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Thursday, May 16, 2002

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Industry bodies must reinvent themselves

S. Majumder

POLITICAL hubbub has now shifted from the floor of the Lok Sabha to the meetings of industry bodies. And not even the country's leading industry association is spared. It was thus awkward that the CII's recent annual general meeting turned into a political arena where the Prime Minister, Mr Atal Bihari Vajpayee, and the leader of Opposition, Ms Sonia Gandhi, hurled verbal missiles at each other on the issue of the Gujarat Chief Minister, Mr Narendra Modi's resignation. Foreign investors appeared taken aback and exasperated, and wondered how the participants could indulge in political bickering at such an important event, and when the manufacturing sector was mired in recession.

The year 2002-03 is crucial for industry. It will see the launch of the Tenth Five-Year Plan — the first Plan after the 1950s where several regulatory barriers have been scrapped, starting from the licence raj to quantitative restrictions on imports. The road lies open for second-generation reforms. However, though the domestic barriers have been largely removed, global pressures continue to impact the manufacturing sector. China's entry into the WTO and its emergence as the world's workshop has cast a shadow on the future of Indian manufacturing.

Economic liberalisation has become the bane of Indian manufacturers and their associations. Till 1991 the main function of industry bodies was to "liaise" between government and industry. They were accorded high priority on two occasions: One, to recommend for the Union Budget and Exim Policy and, two, to represent, from time to time, industry captains' outcries for protection. At most annual general meetings held before 1991, the performance review of industry associations used to highlight two aspects: How much protection the association could provide its members against foreign competition, and to what extent they could tinker with the tariff structure to benefit domestic industry.

But post-liberalisation, industry groups have been left with little role to play, with the licence raj gone, tariffs almost halved and quantitative restrictions on imports done away with. Trade and economic policies are under constant surveillance by such global bodies as the WTO.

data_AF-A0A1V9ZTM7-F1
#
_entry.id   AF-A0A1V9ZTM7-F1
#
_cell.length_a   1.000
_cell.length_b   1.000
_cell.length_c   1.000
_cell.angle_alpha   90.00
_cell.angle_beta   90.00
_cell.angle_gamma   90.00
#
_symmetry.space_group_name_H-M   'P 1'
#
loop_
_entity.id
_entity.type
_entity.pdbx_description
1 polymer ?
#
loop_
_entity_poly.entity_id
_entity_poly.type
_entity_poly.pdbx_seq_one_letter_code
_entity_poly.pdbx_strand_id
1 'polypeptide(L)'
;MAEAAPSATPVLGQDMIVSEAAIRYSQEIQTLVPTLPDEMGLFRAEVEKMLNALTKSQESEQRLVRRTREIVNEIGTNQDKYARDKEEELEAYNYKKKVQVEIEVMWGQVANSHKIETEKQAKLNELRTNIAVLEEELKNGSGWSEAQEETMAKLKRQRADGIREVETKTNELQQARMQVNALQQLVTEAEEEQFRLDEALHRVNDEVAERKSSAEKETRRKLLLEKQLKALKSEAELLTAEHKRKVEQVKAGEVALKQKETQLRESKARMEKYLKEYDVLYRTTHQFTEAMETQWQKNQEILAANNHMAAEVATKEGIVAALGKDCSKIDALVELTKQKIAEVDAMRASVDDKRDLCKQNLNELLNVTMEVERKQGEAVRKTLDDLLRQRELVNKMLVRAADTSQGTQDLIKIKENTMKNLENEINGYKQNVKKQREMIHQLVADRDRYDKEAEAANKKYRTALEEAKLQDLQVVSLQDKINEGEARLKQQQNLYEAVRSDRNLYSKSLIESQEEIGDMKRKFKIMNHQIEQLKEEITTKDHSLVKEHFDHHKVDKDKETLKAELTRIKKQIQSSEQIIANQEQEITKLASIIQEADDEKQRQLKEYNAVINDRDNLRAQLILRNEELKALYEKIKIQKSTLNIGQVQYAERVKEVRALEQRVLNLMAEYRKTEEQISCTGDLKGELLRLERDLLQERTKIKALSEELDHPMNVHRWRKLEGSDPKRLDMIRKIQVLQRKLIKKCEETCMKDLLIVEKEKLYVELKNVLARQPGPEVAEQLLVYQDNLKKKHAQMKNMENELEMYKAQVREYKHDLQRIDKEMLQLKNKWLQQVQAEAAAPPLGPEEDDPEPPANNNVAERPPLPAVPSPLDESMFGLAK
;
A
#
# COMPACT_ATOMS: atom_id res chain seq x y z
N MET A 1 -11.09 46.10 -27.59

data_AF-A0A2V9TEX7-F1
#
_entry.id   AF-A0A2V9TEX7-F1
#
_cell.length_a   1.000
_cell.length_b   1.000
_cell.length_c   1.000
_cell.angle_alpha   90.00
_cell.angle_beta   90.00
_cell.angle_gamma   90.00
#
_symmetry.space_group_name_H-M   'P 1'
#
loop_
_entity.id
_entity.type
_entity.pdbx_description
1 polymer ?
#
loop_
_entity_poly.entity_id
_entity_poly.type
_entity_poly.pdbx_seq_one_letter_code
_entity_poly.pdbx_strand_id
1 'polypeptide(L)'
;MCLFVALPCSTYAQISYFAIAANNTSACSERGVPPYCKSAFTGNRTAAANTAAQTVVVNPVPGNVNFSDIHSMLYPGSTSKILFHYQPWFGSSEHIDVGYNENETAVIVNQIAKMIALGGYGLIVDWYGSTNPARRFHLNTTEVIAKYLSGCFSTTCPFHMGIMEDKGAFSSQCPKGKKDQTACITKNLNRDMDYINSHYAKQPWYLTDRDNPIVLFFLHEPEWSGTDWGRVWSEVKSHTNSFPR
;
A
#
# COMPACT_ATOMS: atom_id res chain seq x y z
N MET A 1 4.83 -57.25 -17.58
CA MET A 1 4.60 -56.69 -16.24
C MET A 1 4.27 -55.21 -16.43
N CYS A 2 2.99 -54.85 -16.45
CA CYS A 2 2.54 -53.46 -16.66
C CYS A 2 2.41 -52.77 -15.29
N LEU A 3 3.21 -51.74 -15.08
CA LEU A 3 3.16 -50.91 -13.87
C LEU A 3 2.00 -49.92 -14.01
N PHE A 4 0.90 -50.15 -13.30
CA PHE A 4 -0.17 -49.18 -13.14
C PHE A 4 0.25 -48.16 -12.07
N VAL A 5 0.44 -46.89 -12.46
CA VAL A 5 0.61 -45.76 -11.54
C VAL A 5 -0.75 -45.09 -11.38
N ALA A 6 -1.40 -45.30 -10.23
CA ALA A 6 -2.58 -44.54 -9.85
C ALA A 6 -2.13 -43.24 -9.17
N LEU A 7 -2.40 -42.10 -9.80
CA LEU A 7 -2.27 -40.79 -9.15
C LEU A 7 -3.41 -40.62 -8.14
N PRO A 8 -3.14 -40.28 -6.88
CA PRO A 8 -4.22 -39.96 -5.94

All this has led to a re-thinking about the significance of industry association and chambers of commerce. To keep their interests alive, the associations have entered non-liaison activities, such as organising fairs, seminars and workshops, and signing of MoUs with foreign missions. While the initial motives of these new activities were to woo foreign investors and businessmen by filling the vacuum between demand and supply and providing a platform for government-industry interaction, they were soon found ephemeral.

What, then, should be the new role for industry associations and chambers? As in other countries where the industry associations work under complete market economy, industry bodies should consider new activities, such as business promotion. The vision for industry associations should be to provide business support services to its members. These include setting up business support centres in their overseas and regional offices and providing both hard and soft services to members. Hard services include temporary business space, at a nominal cost, and such infrastructure facilities as communication services, while soft services include business advice by experts, development of contacts and helping in negotiations. Business support services are crucial overseas.

The second important function should be the dissemination of commercial information, which would serve as the database for members to draw up their business strategies. Information on production, consumption and inventory, which are the benchmarks for designing sales strategy and setting up new businesses, is difficult to come by. In India, the associations depend largely on government data whereas in a developed country such as Japan, the associations themselves are the main sources for information. With the fast-changing market milieu due to the liberalisation of imports, quick dissemination of current information is essential to devising effective business strategies.

The third important role of the association would be to energise the new areas that are the engines of growth in the economy, such as IT, telecommunications, banking and de-nationalised sectors such as oil and distribution. Huge investments are needed for growth in these areas. As it is difficult for Indian entrepreneurs to put in the investment needed, foreign funds are the answer. In this backdrop, industry associations should be more active in attracting foreign direct investment. But the general feeling is that the MoUs are gathering dust, with the industry captains' aversion to the entry of MNCs.

Last, a major new role is to consolidate the activities of industry associations export promotion councils and strengthen India's export base, which is now confined to the small-scale sector.

Much work, thus, lies ahead for the industry bodies to contribute to the restructuring of industry from the point of view of globalisation; the government alone cannot refurbish the economy with fiscal incentives and deregulation.

(The author is a Senior Researcher with a New Delhi-based Japanese MNC.)

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